Locating the ideal flower pot in the shop, and then picking it up only to discover there are no drainage holes in the grass is a disappointing experience. Drainage is critical for plants to allow air movement around the roots and keep dirt from getting waterlogged, drowning the plant. Once a plant’s roots begin to rot, there’s usually nothing which can be done to save the plant. Fortunately, if you can use a drill, you may produce your own drainage holes, expanding your potting chances.
Determine the proper bit for your planter. Use a normal bit for plastic and metal pots, a masonry bit for unglazed ceramic pots and a glass or tile bit of glazed ceramic pots. Insert the proper 1/2-inch bit into the drill.
Expand paper on a level drilling surface. Set the pot upside down on the newspaper.
Mark the spots you plan to drill. You need a minumum of one drainage hole, which is usually put in the middle of the grass base. You may add more holes to get large-diameter pots, like three holes arranged in a triangular pattern. Keep holes at least 1 inch from the edge of the grass, and about 2 inches in the other holes.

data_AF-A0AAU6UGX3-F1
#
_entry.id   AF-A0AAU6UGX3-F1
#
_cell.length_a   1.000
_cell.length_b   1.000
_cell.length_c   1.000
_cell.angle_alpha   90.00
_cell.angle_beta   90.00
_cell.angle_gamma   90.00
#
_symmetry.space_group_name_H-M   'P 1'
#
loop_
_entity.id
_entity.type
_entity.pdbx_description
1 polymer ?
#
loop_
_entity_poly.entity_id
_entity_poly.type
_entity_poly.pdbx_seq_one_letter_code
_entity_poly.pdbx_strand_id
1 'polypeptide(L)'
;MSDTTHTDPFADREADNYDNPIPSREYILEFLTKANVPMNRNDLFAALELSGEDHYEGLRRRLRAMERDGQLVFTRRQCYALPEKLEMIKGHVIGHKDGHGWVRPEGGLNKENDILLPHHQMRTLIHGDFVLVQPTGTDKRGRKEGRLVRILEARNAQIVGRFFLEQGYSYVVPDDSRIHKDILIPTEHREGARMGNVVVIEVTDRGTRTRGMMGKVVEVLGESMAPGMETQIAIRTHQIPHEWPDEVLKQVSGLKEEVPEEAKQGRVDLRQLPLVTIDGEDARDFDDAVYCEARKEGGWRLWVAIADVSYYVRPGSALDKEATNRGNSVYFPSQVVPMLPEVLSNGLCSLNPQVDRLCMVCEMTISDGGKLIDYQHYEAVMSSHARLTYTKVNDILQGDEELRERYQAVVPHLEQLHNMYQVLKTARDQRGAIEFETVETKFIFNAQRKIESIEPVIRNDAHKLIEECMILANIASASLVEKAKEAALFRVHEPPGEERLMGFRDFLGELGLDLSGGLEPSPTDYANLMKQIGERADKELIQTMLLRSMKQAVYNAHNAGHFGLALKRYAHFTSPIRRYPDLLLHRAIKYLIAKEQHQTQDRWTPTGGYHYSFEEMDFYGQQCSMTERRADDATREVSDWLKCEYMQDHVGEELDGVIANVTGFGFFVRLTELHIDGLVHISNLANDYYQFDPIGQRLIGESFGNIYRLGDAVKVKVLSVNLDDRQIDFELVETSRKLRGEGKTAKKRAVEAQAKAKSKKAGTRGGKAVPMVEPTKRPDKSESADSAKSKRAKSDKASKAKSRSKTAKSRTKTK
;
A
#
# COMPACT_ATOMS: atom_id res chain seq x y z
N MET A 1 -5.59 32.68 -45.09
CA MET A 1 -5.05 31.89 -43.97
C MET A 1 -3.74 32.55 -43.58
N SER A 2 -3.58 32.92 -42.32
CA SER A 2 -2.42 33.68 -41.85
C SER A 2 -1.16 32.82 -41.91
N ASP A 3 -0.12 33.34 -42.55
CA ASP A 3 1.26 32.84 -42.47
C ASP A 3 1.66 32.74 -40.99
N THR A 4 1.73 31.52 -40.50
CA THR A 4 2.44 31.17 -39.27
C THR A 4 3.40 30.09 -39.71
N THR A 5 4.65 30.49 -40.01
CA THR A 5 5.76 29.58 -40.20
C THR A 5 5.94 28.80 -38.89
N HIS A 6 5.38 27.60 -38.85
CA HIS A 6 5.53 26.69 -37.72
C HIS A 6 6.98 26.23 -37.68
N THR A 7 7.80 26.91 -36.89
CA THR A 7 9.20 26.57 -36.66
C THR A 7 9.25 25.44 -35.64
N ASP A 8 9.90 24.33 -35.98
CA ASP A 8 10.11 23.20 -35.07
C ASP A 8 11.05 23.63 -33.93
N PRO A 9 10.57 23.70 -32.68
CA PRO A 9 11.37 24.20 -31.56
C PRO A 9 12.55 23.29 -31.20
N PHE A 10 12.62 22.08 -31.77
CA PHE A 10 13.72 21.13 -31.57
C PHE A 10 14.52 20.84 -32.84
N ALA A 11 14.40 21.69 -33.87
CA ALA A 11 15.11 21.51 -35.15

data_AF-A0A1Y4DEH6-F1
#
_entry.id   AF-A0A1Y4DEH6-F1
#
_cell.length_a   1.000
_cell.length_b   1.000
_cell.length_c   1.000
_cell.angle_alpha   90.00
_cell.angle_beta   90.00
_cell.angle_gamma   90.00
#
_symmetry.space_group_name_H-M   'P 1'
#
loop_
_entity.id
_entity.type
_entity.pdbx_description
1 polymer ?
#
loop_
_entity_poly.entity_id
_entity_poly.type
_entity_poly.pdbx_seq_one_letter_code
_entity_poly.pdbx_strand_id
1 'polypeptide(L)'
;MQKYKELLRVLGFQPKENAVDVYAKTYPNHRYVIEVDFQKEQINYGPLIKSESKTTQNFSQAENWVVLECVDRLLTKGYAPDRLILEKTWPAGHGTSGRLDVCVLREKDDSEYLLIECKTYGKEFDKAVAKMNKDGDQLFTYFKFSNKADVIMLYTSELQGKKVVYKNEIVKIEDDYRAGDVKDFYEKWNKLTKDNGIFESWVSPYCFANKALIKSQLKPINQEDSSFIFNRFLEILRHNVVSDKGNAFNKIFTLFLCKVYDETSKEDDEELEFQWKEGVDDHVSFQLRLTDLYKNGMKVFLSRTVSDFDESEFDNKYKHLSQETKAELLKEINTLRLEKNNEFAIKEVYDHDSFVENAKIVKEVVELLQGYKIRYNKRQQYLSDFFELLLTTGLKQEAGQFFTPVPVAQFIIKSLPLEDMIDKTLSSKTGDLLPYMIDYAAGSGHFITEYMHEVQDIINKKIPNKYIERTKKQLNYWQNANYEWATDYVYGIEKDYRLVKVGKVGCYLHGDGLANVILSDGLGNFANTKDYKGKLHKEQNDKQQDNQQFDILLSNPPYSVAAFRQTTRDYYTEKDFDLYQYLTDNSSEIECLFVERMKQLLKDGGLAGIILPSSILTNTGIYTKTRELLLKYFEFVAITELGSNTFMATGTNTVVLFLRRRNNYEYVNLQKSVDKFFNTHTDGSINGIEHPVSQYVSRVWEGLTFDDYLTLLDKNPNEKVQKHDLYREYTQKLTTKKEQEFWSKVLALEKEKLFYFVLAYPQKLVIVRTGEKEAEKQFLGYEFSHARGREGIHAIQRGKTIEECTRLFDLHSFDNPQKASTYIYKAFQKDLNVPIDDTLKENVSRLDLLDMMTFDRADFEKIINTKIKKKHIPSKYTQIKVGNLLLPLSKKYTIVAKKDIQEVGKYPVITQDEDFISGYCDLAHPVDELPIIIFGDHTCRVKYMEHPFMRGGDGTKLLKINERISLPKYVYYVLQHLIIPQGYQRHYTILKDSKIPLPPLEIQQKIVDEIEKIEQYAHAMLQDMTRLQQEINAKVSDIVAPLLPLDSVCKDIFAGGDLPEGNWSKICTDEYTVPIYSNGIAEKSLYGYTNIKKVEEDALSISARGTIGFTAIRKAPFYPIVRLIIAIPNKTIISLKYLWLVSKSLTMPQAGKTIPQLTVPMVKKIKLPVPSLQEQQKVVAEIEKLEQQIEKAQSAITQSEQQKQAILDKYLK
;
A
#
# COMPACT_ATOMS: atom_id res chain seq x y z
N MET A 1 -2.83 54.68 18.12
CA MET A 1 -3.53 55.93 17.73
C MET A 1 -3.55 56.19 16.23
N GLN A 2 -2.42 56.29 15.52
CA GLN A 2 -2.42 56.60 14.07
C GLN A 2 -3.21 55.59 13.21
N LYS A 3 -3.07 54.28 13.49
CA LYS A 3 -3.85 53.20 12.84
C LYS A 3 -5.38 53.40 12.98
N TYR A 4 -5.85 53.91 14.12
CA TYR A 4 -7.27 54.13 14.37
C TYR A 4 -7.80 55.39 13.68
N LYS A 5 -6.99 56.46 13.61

Press a little indentation into the marked place having a nail to stop the bit from slipping away from the place on a smooth surface. If you are drilling a glazed ceramic pot, cover the drill place with a bit of painter’s tape or a couple of layers of masking tape to help keep the bit in place.
Put on safety goggles to avoid debris or dust of the grass from getting into your eyes as you drill.
Put the drill bit in the indentation you made, holding the drill so the little bit is perpendicular to the grass base. Apply light pressure as you drill at the slowest speed. Do not try and drill too fast, or you risk damaging the grass and the drill bit. Duplicate for each hole you wish to drill.
Remove the tape if you used any. Wash the drilling deposits from the pot holes.